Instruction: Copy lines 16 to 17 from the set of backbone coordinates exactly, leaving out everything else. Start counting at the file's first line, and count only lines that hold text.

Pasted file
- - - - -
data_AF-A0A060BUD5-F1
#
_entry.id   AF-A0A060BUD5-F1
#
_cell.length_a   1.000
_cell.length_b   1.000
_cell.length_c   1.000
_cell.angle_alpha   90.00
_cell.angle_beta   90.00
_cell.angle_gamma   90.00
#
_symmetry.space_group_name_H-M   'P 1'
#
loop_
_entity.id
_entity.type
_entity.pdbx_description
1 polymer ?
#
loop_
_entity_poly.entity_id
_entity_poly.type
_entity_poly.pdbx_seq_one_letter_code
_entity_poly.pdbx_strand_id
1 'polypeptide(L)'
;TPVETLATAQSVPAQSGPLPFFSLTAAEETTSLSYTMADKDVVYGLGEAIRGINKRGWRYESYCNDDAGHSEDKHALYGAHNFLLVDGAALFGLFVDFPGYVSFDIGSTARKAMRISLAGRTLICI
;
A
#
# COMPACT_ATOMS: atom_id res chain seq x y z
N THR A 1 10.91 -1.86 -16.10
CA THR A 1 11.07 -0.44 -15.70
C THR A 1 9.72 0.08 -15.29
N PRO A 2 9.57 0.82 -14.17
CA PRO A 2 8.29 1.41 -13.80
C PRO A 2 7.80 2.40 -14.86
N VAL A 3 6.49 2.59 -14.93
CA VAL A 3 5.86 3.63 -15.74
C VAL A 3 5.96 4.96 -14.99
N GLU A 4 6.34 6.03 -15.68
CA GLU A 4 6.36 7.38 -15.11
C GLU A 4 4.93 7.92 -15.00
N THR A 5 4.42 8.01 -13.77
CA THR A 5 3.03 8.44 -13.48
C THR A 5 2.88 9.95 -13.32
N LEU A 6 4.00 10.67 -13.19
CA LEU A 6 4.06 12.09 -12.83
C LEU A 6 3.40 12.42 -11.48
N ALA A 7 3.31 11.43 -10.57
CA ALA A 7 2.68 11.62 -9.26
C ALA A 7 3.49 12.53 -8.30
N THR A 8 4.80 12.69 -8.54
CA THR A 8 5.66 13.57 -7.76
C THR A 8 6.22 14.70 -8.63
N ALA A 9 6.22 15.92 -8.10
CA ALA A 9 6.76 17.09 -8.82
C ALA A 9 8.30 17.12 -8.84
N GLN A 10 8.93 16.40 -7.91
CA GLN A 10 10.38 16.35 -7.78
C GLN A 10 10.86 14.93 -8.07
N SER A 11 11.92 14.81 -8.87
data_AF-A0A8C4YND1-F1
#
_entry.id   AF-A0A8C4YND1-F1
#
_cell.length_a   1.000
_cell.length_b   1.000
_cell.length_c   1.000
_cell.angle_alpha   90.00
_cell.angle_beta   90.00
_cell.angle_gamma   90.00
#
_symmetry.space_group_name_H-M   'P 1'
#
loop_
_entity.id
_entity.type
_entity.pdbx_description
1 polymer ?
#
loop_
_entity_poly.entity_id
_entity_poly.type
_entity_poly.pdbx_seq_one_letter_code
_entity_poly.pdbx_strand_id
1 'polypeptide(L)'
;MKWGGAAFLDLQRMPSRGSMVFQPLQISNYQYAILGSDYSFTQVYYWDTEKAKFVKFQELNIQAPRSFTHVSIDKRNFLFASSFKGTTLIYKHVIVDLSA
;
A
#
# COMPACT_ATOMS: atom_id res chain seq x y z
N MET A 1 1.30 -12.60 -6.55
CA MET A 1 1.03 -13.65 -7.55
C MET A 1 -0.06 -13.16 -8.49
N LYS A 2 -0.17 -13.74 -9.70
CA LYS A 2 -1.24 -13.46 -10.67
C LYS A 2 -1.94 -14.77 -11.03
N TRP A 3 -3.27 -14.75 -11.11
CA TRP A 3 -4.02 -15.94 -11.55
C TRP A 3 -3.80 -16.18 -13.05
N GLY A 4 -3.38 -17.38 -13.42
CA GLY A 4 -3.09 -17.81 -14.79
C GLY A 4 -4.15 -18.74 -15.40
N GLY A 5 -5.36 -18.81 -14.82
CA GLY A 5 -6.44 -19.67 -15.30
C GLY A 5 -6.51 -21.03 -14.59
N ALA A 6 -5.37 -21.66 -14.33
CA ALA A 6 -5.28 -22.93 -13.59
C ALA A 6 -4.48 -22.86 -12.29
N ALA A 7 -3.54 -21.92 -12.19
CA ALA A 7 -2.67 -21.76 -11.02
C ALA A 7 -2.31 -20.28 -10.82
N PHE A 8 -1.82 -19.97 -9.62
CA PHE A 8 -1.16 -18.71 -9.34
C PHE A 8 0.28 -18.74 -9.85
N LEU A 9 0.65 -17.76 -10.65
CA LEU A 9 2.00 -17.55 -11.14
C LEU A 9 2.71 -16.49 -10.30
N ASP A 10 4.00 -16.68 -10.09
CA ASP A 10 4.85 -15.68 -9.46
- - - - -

_entity.type
_entity.pdbx_description